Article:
I used to live in Chicago, for about 15 years. There are other things that come into the lake via the canal, such as Zebra Mussels. That was the big scare more than a decade ago as they got closer and closer to Lake Michigan. They clog up all sorts of things like boat motors and mechanical stuff necessary to things in the lake and waterways. Last I heard I believe they did make it in. They also compete for native species and overwhelm the environment, depleting those competitors. The mussels came into the Great Lakes via the bilges of ships that come through the St. Lawrence seaway. So there are lots of things that hitch rides and make their way into our wetlands and lakes and environment that aren't supposed to be here and in the process wreak havoc. This is a huge, complex problem that requires solutions at more than one front. Today it's the Asian Carp and Zebra Mussels. Tomorrow it will be something else. Seems to me there has to be a more global, broader vision as our world becomes increasingly smaller. Shutting down one canal isn't going to solve the problem, and I'm not sure how viable that solution is anyway given all of the people and industries that depend on it, much as we would like it be so.

Re the low paid shills outside - my teen son had a chance to make some money yesterday through a friend, by doing that (albeit without the costume) by holding a sign for a furniture store. He got paid $10 AN HOUR!!! I found out that's the going rate around here for that kind of work. Now I know it would be pretty hard to support a family on that kind of pay but geez, I worked my butt off as the front desk manager of a busy family medical practice and made $10 an hour!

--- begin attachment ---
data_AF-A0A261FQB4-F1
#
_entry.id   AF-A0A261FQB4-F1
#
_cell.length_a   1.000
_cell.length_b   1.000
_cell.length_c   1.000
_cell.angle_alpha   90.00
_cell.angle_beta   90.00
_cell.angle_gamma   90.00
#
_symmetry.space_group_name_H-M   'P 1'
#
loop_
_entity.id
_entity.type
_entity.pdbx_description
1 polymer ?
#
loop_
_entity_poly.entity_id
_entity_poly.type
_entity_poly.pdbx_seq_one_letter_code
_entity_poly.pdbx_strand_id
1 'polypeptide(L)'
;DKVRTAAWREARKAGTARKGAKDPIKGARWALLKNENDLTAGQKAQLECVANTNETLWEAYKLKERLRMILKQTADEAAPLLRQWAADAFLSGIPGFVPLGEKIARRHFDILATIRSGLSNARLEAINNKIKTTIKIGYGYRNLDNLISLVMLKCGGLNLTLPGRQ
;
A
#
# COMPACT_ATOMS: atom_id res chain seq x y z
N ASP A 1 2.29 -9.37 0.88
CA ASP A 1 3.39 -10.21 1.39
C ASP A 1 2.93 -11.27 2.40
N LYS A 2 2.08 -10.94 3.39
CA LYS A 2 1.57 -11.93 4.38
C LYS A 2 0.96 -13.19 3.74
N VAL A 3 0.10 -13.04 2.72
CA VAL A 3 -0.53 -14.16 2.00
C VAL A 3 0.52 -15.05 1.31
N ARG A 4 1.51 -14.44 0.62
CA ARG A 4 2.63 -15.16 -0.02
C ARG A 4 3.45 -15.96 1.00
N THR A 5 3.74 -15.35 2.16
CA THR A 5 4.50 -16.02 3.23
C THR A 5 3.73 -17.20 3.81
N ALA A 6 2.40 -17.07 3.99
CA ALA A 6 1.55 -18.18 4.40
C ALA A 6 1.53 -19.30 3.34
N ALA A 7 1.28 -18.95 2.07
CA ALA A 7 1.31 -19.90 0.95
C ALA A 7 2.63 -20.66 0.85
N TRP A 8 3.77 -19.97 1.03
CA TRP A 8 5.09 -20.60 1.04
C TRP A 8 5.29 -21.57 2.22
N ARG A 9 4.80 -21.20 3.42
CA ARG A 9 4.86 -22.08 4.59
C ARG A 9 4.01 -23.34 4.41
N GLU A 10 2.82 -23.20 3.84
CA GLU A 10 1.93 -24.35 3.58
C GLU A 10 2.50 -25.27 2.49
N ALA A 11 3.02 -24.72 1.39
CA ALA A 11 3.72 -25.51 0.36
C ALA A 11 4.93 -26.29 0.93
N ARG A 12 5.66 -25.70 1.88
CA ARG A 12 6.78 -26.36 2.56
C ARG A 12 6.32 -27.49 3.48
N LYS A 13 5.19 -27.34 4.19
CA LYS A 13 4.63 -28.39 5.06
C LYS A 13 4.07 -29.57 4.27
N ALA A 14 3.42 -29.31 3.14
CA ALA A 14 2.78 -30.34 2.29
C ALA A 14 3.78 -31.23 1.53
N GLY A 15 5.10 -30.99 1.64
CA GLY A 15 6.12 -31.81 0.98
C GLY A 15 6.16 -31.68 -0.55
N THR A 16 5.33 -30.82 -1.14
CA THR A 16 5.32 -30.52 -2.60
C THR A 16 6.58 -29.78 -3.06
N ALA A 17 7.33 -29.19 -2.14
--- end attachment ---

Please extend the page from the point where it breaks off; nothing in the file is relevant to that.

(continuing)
As a kid during the 60's, I fed many loaves of bread to those zoo carp. I didn't know anything about native vs exotic wildlife. I just knew that those giant carp impressed the heck out of me. Now, if I could, I'd get rid of every carp, but they still impress the heck out of me.

Oh, I cannot wait to hear the Ruby Crowned and Golden Crowned Kinglets again. Come on, Sun!

I forgot to mention how much I love the introductory carp lips picture. The one with plaintive "but I'm STARVING!" eyes that's frowning is swell, too.

Beautiful pictures and thoughtful commentary as always, Julie. You spoil us visitors.

My favorite "collateral wildlife" moment happened at the National Zoo in Washington. A snowy owl was sleeping on its perch, seemingly oblivious to the world. Then a chipmunk went in its enclosure. Nothing at all about the owl moved -- except its EYES, which widened, focused, and became keenly alert as the chipmunk bumbled around below.

I really didn't know what to hope for! A few seconds later, the chipmunk scurried out to safety, but I've never forgotten the look on that owl's face.

Posted by Anonymous February 2, 2010 at 8:01 AM

Great thoughtful post. Society is an ecosystem, too;there's a network of consequences between politics, economics, and the natural world, as you point out.

Thanks for the excellent connection lesson!

The odd upside to the zebra mussel story is that they have signifigantly cleaned the water in Lake Michigan.

The carp will be able to see better, I guess.

I read recently -- can't for the life of me recall where -- that someone is moving to have made legal for sale and farm the Giant Asian carp.

OK. But the idiot who wrote the article mentioned the possibility of them being introduced into the Lakes, and how it could revive the fisheries there.

Who needs enemies...?

humans are natural creatures...our role is a disruptor species...

Fish lips! Ick...

Last week at the zoo there were bunny tracks in the Grizzly habitat, mouse runs in the Prairie Dog field, and, yes, those darned European Starlings (my nemeses!) roosting in a tree near the Moose yard. Saving/ savoring, oh yes, that's a good one. This world sure gives my heart a workout, one minute bursting with joy, the next grieving and afraid. Thank you for the salve that you offer through your writing.